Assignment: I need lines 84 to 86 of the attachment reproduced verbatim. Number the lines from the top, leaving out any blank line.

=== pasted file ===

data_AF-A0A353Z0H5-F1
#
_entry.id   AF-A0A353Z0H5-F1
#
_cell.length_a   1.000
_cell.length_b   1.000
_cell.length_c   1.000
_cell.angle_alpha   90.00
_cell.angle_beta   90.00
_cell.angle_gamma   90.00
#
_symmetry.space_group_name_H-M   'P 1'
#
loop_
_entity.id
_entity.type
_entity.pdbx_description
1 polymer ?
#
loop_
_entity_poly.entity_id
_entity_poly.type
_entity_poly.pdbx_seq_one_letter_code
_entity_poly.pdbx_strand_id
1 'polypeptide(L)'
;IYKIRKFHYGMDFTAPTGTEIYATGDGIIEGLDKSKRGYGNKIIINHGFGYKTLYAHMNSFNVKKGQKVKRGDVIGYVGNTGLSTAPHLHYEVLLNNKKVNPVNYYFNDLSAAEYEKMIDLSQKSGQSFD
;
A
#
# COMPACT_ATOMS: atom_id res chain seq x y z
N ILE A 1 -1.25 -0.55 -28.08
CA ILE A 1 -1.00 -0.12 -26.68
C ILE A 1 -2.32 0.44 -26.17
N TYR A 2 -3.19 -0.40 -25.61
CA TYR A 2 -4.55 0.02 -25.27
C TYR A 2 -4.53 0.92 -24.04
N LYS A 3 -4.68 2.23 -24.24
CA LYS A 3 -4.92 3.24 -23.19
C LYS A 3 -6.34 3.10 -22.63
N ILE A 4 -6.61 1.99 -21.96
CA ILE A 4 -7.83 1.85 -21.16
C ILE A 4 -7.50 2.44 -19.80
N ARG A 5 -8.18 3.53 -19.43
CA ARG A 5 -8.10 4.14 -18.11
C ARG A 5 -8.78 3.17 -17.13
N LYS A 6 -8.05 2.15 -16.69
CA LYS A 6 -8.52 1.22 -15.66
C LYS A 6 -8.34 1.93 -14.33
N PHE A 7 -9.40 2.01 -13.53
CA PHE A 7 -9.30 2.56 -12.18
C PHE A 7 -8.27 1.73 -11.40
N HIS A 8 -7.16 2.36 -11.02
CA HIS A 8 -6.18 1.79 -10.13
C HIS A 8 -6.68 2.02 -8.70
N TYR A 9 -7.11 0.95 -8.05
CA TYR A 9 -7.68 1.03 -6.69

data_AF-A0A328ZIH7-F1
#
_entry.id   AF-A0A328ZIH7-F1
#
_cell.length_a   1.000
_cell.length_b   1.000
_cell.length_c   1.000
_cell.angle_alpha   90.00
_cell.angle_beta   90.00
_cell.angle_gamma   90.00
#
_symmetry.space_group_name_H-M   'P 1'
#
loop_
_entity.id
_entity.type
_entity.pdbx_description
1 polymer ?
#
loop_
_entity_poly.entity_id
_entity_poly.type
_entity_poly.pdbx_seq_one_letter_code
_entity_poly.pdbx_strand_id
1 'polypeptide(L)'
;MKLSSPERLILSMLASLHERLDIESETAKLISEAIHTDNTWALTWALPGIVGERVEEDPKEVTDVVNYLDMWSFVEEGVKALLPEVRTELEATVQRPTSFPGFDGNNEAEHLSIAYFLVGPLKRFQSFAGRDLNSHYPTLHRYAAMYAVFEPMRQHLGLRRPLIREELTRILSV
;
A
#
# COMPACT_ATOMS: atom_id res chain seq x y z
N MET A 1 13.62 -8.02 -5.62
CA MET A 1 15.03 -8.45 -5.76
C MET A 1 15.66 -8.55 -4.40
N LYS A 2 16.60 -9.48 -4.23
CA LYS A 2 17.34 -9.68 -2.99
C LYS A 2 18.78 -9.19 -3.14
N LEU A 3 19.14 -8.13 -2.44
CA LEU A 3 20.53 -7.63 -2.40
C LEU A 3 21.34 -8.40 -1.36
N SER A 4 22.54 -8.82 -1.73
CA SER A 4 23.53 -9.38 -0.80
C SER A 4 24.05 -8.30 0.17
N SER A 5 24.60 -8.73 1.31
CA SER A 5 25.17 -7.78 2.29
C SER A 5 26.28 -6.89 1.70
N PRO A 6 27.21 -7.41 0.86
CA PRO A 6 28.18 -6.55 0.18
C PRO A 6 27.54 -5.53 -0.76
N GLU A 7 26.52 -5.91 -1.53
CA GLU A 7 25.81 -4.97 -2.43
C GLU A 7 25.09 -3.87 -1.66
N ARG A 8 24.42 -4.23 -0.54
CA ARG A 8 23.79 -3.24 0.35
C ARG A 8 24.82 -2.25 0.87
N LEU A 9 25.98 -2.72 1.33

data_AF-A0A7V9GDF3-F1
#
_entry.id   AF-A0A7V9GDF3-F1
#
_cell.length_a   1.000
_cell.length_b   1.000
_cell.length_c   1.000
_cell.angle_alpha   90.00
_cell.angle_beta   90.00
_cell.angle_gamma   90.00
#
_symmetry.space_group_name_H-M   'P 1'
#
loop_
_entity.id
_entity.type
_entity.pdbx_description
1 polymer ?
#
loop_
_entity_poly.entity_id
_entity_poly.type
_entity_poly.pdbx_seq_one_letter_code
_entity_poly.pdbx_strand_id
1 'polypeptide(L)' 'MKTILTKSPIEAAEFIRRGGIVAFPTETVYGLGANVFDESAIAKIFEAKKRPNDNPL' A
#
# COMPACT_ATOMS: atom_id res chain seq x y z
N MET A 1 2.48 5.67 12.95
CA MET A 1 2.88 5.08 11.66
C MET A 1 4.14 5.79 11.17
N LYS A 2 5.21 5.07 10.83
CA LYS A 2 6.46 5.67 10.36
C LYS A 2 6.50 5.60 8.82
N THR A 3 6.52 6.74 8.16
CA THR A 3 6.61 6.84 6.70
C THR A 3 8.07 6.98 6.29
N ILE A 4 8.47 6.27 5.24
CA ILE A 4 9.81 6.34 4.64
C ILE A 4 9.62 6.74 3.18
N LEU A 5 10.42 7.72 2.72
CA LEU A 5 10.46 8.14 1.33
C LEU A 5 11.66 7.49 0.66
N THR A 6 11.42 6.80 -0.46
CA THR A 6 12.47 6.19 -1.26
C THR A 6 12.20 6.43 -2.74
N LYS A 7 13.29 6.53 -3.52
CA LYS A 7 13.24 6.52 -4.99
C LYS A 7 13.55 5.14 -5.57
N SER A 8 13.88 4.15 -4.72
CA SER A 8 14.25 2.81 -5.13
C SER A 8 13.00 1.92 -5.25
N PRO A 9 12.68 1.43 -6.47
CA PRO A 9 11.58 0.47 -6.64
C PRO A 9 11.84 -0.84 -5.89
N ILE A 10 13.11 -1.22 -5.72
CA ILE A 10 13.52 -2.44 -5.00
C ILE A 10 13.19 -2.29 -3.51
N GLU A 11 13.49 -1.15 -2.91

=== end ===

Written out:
A
#
# COMPACT_ATOMS: atom_id res chain seq x y z